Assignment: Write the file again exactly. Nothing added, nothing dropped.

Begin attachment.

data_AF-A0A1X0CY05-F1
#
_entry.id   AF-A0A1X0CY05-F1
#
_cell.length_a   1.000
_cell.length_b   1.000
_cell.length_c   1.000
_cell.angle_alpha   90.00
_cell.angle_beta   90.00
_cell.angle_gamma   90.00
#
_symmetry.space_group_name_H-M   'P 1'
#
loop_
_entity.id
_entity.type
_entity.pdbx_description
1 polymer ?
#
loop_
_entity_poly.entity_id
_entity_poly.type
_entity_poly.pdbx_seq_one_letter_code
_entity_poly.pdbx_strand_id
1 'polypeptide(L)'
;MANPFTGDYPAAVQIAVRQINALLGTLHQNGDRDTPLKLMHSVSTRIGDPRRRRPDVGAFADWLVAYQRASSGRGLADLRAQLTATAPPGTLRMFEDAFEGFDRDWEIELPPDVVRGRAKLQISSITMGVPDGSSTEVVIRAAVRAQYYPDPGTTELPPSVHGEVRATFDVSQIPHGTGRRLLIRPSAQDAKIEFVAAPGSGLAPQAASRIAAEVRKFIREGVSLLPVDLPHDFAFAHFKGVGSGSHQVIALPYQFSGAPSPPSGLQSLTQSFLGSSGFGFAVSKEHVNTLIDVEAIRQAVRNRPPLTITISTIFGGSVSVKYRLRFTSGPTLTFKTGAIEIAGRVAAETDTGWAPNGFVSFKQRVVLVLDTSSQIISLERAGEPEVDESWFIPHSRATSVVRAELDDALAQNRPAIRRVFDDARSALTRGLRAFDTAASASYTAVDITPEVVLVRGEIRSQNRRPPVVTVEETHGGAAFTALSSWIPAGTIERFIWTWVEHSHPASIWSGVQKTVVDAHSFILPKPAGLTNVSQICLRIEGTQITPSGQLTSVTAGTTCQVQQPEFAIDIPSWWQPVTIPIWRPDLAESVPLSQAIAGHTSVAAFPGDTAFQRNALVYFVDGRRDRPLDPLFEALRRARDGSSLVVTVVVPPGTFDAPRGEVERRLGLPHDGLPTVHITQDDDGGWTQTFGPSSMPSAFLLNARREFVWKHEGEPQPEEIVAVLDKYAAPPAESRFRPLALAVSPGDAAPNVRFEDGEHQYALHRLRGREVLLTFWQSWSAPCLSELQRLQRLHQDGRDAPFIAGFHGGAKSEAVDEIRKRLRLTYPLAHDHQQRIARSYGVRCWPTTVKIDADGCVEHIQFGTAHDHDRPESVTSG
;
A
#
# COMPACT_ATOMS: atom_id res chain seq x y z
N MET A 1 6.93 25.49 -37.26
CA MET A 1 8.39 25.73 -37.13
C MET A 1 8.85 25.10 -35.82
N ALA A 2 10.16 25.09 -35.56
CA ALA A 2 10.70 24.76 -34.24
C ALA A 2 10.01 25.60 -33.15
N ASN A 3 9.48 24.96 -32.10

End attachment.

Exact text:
data_AF-A0A1X0CY05-F1
#
_entry.id   AF-A0A1X0CY05-F1
#
_cell.length_a   1.000
_cell.length_b   1.000
_cell.length_c   1.000
_cell.angle_alpha   90.00
_cell.angle_beta   90.00
_cell.angle_gamma   90.00
#
_symmetry.space_group_name_H-M   'P 1'
#
loop_
_entity.id
_entity.type
_entity.pdbx_description
1 polymer ?
#
loop_
_entity_poly.entity_id
_entity_poly.type
_entity_poly.pdbx_seq_one_letter_code
_entity_poly.pdbx_strand_id
1 'polypeptide(L)'
;MANPFTGDYPAAVQIAVRQINALLGTLHQNGDRDTPLKLMHSVSTRIGDPRRRRPDVGAFADWLVAYQRASSGRGLADLRAQLTATAPPGTLRMFEDAFEGFDRDWEIELPPDVVRGRAKLQISSITMGVPDGSSTEVVIRAAVRAQYYPDPGTTELPPSVHGEVRATFDVSQIPHGTGRRLLIRPSAQDAKIEFVAAPGSGLAPQAASRIAAEVRKFIREGVSLLPVDLPHDFAFAHFKGVGSGSHQVIALPYQFSGAPSPPSGLQSLTQSFLGSSGFGFAVSKEHVNTLIDVEAIRQAVRNRPPLTITISTIFGGSVSVKYRLRFTSGPTLTFKTGAIEIAGRVAAETDTGWAPNGFVSFKQRVVLVLDTSSQIISLERAGEPEVDESWFIPHSRATSVVRAELDDALAQNRPAIRRVFDDARSALTRGLRAFDTAASASYTAVDITPEVVLVRGEIRSQNRRPPVVTVEETHGGAAFTALSSWIPAGTIERFIWTWVEHSHPASIWSGVQKTVVDAHSFILPKPAGLTNVSQICLRIEGTQITPSGQLTSVTAGTTCQVQQPEFAIDIPSWWQPVTIPIWRPDLAESVPLSQAIAGHTSVAAFPGDTAFQRNALVYFVDGRRDRPLDPLFEALRRARDGSSLVVTVVVPPGTFDAPRGEVERRLGLPHDGLPTVHITQDDDGGWTQTFGPSSMPSAFLLNARREFVWKHEGEPQPEEIVAVLDKYAAPPAESRFRPLALAVSPGDAAPNVRFEDGEHQYALHRLRGREVLLTFWQSWSAPCLSELQRLQRLHQDGRDAPFIAGFHGGAKSEAVDEIRKRLRLTYPLAHDHQQRIARSYGVRCWPTTVKIDADGCVEHIQFGTAHDHDRPESVTSG
;
A
#
# COMPACT_ATOMS: atom_id res chain seq x y z
N MET A 1 6.93 25.49 -37.26
CA MET A 1 8.39 25.73 -37.13
C MET A 1 8.85 25.10 -35.82
N ALA A 2 10.16 25.09 -35.56
CA ALA A 2 10.70 24.76 -34.24
C ALA A 2 10.01 25.60 -33.15
N ASN A 3 9.48 24.96 -32.10